This Danish black comedy is a meandering exploration of masculinity in the 21st century, and though it’s more miss than hit, it’s charming and bittersweetly heartfelt in its bumbling and bungling.
The wacky-yet-heartfelt comedy just about works; the gibberish dialogue, not so much. But this could be the makings of a crowdsourced cult fave, if playful viewers end up creating their own subtitles.
Amusing but instantly forgettable, fueled by a self-congratulatory smugness and self-reference. The best bits are the sincere stuff: a scene-stealing Pedro Pascal and a sweetly vulnerable Nic(k) Cage.
A snappy, snarky, never-ever sentimental concoction of cartoon chaos meets hip heist flick. Its breezy swagger extends to the delightful animation, organic and mellow, hot and cool at the same time.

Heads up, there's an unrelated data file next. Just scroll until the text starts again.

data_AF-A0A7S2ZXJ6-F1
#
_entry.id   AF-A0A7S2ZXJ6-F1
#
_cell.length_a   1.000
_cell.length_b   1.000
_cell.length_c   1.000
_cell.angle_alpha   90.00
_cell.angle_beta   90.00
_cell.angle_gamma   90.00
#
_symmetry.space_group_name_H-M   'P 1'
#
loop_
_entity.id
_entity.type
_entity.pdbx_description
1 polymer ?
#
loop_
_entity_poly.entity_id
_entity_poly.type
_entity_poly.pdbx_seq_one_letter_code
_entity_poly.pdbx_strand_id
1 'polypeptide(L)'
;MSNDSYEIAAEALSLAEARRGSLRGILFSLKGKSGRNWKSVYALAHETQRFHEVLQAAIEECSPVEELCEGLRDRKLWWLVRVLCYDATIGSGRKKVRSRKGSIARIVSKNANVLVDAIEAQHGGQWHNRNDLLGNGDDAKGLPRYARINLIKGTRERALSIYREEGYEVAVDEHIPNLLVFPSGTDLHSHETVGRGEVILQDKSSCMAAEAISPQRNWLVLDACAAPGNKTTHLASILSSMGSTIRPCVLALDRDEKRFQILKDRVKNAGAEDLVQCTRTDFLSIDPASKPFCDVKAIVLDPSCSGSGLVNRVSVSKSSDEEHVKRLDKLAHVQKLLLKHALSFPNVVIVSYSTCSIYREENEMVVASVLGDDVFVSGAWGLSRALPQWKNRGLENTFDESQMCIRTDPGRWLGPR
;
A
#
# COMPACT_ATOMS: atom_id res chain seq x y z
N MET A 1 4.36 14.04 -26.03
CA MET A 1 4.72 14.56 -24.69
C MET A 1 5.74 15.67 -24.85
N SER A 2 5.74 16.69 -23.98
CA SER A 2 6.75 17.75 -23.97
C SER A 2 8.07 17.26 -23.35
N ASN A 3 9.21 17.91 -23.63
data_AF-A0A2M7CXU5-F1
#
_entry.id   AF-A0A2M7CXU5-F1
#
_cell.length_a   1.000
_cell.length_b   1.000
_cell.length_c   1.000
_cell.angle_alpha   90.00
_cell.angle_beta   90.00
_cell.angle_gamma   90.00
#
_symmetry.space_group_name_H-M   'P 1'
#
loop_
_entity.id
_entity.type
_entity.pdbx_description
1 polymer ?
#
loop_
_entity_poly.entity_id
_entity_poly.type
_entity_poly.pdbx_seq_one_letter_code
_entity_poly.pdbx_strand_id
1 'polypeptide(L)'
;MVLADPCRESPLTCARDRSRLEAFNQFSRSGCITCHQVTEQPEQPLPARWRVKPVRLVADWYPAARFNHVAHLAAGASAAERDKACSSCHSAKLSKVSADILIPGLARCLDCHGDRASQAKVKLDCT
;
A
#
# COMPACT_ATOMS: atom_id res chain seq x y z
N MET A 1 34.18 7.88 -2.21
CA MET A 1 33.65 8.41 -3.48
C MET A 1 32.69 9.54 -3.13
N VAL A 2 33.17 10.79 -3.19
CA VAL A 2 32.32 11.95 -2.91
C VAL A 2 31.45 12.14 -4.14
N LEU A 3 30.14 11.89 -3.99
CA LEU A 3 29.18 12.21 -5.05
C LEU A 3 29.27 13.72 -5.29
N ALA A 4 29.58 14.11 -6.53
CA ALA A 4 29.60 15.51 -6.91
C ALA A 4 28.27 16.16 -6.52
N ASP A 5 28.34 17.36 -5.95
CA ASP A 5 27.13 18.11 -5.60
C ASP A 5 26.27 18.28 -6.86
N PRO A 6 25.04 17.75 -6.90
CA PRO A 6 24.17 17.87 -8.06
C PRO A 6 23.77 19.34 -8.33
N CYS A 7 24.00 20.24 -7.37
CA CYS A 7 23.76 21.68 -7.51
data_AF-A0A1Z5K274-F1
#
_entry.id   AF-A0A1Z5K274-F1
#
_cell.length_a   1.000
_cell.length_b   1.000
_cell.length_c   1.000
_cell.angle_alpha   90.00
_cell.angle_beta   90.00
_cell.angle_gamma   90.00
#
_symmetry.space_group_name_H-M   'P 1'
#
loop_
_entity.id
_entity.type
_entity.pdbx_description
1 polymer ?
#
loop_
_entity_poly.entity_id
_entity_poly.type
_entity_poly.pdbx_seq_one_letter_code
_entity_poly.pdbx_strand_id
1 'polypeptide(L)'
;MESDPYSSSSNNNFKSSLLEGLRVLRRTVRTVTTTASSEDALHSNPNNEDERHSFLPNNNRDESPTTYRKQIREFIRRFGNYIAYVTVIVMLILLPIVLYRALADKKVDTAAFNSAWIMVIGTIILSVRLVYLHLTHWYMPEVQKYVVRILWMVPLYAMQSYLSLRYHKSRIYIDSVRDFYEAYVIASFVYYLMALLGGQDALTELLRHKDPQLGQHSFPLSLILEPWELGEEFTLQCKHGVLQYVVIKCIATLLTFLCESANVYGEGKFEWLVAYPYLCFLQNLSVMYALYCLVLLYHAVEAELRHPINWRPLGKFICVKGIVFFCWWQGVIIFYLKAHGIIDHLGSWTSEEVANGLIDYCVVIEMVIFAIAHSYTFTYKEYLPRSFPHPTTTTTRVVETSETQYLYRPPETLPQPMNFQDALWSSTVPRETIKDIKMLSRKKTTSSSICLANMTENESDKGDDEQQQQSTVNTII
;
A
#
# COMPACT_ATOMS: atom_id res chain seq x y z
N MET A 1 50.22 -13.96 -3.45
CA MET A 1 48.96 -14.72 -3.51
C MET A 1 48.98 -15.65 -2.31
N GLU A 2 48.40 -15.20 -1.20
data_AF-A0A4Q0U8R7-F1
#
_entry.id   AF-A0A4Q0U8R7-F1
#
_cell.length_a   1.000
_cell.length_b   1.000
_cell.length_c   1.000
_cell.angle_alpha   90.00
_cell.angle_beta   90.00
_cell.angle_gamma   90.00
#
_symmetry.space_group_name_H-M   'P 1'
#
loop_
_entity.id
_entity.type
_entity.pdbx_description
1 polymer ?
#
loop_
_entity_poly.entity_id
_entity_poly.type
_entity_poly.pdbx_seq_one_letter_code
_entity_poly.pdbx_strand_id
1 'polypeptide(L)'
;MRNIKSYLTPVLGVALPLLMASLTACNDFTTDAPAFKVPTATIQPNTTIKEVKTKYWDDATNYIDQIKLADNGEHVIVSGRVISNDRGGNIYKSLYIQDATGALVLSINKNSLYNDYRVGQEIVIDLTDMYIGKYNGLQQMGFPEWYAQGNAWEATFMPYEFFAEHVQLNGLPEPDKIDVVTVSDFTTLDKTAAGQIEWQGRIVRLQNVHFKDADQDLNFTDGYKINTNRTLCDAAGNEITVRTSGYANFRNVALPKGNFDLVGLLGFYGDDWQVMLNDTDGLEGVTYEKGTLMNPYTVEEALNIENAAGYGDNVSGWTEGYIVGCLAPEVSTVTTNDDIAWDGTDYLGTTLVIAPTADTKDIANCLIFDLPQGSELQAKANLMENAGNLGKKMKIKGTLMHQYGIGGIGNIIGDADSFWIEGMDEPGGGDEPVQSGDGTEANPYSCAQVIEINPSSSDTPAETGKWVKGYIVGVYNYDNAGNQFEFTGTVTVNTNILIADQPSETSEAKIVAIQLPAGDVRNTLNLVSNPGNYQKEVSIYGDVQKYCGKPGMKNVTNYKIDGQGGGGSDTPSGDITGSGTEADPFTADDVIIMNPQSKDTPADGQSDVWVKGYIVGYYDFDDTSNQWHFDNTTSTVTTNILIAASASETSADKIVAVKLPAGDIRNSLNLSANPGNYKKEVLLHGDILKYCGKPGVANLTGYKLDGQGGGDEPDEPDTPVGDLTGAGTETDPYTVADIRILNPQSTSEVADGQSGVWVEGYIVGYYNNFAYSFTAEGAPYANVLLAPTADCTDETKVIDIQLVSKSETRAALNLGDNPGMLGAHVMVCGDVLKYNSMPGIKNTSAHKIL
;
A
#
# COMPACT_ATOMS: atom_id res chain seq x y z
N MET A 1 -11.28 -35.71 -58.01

Wounded veterans in reluctant-buddy road trip. Allegedly a comedy, but I don’t see much evidence for that. The schmaltz may be slightly more convincing than the comedy, but it’s a low bar to get over.
Absolutely hilarious Icelandic sendup of action buddy cop movies. Knowing, sneaky, and deliciously deadpan, upending toxic masculinity and elevating the usual subtext of the genre to the overt text.
Fairy tale goes jukebox musical with a feminist, gender-fluid spin. Throws irony and sarcasm at heterosexuality, patriarchy, even monarchy. Pretty darn fun, with a sweetly spunky Ella in Cabello.
Messy sci-fi comedy, cheerful on the surface but nihilistic underneath, is utterly clueless about all the things it is almost about: AI, gaming, and the bread-and-circuses power of immersive worlds.
Wonderfully escapist, dripping with magnificently congenial charm thanks to the comic chemistry of Dwayne Johnson and Emily Blunt. Plus it’s sure to enrage people who use “woke” as an insult. Yay!
Cynical sequel — you know, for kids! — doubles down on the nihilistic money-grubbing of the original. Thinks that being clever and meta about its own disenchantment will win us over. It does not.